• Ensure that you’re getting the most out of your due diligence, including developing your relationships.

 

  • Repetition and constant vigilance only help.

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Step 4. Keep the relationship thriving

 

Staying on top of your relationship with your donor involves maintaining and growing the established mutual trust between them and your non-profit on a routine basis. Donorship is thriving in the UK, providing new opportunities to build a modern culture of charitable giving. Non-profit donor relationships thrive on benefits and impacts — always monitor the impacts of your donor’s money and keep them actively engaged with the real-world impact of their donation.

 

Keep in touch with your donors constantly and consistently. Organising regular events for donors, or setting up donor clubs or schemes are also popular ways to keep relationships thriving. Donor events also provide an excellent opportunity to inform all major donors of the impacts of their money. Networking events provide value to donors and the adjacent opportunities of such activities incentivise ongoing giving. 

 

Ways to take it to the next level 

 

Building thriving relationships with donors requires pragmatism and positive action. Meanwhile, due diligence remains a priority and conducting ongoing checks ensures compliance and risk mitigation when donorship relationships progress into the long term.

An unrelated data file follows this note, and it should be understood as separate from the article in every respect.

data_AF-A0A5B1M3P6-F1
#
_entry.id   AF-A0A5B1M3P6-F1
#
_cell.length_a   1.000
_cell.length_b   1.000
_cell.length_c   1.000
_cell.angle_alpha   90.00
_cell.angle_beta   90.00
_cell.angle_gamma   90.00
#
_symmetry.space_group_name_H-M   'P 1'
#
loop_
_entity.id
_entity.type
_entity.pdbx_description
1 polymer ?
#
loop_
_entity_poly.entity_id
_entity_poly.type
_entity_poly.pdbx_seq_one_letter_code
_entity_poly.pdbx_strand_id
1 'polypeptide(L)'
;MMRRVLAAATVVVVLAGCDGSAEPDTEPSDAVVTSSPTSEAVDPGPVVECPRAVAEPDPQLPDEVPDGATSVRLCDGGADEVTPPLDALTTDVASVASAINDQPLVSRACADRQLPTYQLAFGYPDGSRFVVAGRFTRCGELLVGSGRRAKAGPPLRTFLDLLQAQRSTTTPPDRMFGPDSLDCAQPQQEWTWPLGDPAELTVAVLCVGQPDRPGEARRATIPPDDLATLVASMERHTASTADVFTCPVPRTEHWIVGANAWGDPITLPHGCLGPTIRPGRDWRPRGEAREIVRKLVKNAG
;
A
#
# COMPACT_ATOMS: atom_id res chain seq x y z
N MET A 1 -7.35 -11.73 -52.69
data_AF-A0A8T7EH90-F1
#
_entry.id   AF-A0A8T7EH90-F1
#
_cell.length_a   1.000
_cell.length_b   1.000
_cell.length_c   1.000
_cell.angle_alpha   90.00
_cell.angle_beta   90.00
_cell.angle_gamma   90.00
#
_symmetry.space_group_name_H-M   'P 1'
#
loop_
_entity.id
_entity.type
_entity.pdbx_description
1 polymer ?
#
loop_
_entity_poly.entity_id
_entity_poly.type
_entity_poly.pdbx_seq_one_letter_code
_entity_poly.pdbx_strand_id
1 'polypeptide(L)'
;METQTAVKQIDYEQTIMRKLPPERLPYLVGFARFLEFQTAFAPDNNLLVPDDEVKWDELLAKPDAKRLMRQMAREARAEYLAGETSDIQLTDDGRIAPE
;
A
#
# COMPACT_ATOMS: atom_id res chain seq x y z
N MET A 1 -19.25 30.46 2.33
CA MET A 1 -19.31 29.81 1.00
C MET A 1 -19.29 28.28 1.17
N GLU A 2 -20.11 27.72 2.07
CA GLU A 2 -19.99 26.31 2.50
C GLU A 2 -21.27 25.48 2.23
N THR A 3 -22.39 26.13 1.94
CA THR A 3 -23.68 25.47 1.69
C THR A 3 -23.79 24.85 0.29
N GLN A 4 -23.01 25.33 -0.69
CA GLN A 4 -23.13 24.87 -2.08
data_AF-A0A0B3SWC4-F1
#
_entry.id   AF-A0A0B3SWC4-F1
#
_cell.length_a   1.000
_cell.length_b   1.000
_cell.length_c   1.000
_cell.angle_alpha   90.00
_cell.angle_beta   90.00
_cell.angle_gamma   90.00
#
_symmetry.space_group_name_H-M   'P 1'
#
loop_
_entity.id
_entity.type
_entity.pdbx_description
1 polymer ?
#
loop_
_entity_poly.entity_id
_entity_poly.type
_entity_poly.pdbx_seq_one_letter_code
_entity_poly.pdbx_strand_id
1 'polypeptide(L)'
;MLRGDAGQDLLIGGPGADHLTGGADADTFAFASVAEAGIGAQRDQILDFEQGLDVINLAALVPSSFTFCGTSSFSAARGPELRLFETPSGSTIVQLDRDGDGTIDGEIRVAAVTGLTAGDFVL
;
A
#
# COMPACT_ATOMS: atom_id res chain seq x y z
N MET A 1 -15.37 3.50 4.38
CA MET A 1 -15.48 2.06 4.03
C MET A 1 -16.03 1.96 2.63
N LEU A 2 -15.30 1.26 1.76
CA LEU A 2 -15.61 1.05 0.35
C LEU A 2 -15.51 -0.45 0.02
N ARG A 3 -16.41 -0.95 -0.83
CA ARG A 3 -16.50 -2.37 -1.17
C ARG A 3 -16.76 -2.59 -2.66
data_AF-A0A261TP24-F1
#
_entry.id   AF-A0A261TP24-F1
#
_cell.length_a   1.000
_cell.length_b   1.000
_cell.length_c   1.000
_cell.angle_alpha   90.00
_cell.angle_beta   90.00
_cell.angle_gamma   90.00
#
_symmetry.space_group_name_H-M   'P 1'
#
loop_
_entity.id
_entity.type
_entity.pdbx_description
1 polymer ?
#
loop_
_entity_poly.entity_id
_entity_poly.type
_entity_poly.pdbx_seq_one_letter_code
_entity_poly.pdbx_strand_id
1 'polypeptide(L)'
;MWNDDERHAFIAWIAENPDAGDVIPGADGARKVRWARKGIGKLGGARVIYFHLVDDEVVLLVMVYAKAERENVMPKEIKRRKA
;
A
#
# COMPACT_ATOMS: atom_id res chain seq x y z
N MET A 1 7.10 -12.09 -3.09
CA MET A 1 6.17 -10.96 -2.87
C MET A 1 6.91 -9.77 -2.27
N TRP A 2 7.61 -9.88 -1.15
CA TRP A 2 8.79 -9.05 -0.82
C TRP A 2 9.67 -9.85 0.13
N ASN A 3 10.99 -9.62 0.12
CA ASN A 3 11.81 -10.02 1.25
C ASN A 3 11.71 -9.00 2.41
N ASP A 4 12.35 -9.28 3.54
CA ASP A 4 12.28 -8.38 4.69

Staying aware of your donor’s ongoing activities is essential, as these may change often. Whilst building long term, fruitful relationships with major donors is ideal, this should not come at the expense of ongoing due diligence. Any forthcoming changes in your donor’s activities might also come with increased risk exposure for your non-profit. 

 

  • Keep the momentum going: Managing and fostering a deep relationship relies on excellent communication. Use a variety of passive and active marketing techniques to keep donors in the loop, including regular meetings, events, newsletters, and tailor-made updates. 

 

  • Keep partners in the loop: Your donors will want to know exactly how and where their money is being used to catalyse real change, so keep them informed of the project itself, milestones, impacts, etc.

 

  • Check in regularly: Marketing to donors doesn’t cease after you’ve received a donation. Develop an ongoing donor outreach strategy to keep them informed in the long term, even after their initial donation is used up or the project reaches its conclusion.

 

Key takeaways: 

 

  • Mutual respect and openness is key to fundraising success.

 

  • Take the time to foster your partnerships.

How Xapien can help